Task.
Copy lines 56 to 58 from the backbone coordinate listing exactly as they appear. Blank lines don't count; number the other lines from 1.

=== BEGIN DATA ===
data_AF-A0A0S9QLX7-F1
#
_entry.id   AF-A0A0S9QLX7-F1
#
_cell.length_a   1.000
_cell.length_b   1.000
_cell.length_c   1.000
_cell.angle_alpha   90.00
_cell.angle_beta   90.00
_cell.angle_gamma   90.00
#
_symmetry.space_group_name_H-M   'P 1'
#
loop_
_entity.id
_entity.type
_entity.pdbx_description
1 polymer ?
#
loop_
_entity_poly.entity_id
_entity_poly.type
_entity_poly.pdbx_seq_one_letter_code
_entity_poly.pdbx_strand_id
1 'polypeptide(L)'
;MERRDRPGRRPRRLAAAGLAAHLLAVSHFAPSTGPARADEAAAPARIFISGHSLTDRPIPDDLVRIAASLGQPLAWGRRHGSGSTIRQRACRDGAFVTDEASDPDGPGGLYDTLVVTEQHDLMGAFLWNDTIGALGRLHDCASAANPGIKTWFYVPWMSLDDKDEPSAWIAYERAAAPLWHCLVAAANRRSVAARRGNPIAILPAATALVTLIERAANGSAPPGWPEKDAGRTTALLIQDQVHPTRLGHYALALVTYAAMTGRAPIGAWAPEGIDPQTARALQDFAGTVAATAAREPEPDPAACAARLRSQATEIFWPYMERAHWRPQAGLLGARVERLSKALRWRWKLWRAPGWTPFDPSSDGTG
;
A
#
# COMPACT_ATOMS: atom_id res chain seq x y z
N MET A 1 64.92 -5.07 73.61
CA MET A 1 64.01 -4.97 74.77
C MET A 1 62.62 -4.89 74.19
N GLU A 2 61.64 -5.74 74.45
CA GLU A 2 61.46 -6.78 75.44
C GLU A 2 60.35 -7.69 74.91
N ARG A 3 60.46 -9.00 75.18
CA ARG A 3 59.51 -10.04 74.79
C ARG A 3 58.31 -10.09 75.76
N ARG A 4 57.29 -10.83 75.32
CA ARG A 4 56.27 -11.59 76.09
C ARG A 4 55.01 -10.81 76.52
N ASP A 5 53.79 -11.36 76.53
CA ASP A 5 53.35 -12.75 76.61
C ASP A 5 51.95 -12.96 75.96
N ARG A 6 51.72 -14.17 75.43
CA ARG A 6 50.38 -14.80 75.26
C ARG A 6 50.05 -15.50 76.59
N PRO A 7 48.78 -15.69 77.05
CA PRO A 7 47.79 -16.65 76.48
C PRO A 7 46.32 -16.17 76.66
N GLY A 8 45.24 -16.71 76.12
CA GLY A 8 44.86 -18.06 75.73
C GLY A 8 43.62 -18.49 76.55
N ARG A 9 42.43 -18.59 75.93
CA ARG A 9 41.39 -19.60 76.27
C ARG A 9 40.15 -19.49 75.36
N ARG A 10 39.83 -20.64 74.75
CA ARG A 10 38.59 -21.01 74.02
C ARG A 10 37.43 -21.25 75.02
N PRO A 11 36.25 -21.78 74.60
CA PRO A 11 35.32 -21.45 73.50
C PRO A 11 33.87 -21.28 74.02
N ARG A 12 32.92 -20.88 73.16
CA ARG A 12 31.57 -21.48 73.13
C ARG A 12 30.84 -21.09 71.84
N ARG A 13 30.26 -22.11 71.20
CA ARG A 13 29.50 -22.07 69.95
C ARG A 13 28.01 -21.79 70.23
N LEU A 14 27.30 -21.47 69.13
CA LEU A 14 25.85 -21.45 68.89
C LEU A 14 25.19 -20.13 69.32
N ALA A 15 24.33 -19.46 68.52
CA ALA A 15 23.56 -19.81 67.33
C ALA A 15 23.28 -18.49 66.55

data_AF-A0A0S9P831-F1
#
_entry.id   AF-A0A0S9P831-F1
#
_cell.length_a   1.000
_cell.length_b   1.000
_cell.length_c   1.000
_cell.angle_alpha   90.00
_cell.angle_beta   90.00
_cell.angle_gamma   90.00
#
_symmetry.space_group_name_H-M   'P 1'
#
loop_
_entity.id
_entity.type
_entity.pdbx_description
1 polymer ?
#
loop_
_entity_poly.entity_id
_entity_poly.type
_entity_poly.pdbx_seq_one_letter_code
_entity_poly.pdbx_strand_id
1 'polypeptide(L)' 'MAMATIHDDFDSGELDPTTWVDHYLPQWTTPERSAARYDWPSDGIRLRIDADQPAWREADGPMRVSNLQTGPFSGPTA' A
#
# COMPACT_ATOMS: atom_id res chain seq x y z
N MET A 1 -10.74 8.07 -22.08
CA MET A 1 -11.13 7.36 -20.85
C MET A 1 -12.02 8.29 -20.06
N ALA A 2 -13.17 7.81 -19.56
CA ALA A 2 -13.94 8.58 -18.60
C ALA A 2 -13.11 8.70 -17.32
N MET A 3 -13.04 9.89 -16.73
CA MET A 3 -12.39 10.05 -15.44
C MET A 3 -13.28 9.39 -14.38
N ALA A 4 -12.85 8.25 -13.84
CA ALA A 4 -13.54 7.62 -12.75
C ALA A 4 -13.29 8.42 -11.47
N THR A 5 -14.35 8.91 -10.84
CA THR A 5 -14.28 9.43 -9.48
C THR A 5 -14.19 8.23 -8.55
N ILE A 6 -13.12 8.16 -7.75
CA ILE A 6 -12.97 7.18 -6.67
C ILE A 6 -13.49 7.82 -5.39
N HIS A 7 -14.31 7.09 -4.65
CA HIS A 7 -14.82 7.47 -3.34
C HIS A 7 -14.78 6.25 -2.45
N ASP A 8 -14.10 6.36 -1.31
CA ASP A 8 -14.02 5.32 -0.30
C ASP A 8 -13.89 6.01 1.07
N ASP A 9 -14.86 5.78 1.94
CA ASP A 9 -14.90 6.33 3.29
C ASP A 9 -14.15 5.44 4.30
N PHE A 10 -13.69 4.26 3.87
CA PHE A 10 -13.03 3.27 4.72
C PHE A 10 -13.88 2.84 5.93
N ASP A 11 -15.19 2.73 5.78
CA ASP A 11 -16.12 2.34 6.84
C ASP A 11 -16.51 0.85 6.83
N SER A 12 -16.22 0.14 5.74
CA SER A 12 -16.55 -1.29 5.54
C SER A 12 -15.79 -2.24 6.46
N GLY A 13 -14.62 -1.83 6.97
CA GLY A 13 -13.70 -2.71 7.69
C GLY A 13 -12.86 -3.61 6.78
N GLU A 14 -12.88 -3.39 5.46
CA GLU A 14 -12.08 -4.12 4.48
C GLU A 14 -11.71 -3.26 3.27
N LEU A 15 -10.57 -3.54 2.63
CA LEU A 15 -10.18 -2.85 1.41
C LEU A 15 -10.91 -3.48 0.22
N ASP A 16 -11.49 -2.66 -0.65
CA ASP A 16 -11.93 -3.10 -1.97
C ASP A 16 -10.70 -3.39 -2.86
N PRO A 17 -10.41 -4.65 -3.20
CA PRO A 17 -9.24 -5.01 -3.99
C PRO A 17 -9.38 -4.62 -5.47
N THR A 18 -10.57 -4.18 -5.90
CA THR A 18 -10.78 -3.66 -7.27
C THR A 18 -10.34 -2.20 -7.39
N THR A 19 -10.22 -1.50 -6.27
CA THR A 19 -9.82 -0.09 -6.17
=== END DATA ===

CA ARG A 9 41.39 -19.60 76.27
C ARG A 9 40.15 -19.49 75.36
N ARG A 10 39.83 -20.64 74.75